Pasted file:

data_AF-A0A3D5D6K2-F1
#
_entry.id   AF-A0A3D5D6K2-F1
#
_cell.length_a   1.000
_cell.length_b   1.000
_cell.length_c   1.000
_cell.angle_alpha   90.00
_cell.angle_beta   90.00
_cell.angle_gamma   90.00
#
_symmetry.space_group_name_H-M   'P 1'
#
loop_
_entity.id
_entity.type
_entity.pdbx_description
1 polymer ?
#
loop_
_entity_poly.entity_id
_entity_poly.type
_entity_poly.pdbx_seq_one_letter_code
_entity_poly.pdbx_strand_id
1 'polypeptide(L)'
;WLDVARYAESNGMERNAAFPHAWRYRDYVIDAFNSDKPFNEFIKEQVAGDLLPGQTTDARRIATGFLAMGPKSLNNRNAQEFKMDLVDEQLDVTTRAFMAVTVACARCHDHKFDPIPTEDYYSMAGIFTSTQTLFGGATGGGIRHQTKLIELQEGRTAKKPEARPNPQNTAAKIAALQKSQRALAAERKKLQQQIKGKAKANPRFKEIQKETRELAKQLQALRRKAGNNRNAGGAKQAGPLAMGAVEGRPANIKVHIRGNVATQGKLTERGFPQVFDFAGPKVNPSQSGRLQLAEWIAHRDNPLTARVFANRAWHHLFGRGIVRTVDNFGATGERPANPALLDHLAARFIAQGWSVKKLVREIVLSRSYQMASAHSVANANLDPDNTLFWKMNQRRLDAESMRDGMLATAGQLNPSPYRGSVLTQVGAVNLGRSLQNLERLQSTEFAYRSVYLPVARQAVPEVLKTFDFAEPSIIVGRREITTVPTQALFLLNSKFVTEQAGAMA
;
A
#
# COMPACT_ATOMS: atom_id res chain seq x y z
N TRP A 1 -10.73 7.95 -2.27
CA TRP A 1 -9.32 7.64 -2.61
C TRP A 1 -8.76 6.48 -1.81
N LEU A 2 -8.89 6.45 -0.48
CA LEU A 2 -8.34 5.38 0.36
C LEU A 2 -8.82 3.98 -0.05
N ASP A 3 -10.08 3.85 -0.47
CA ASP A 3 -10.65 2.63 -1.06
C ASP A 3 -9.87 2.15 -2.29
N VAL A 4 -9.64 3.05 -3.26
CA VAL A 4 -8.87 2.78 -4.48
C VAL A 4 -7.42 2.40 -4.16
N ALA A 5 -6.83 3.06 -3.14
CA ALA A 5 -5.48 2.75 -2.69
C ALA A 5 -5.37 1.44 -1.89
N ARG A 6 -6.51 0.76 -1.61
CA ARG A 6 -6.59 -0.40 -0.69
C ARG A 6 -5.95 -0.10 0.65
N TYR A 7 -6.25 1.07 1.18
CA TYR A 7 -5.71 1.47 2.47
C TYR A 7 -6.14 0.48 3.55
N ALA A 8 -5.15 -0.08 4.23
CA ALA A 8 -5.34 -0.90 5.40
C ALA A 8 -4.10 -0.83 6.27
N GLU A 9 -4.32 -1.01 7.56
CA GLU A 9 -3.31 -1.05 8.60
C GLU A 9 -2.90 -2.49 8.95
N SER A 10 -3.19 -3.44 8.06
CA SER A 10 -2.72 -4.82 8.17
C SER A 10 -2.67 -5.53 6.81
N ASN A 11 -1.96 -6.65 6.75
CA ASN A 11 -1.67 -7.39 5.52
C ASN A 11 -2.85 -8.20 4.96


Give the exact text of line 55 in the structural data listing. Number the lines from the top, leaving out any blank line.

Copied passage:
N GLU A 9 -4.32 -1.01 7.56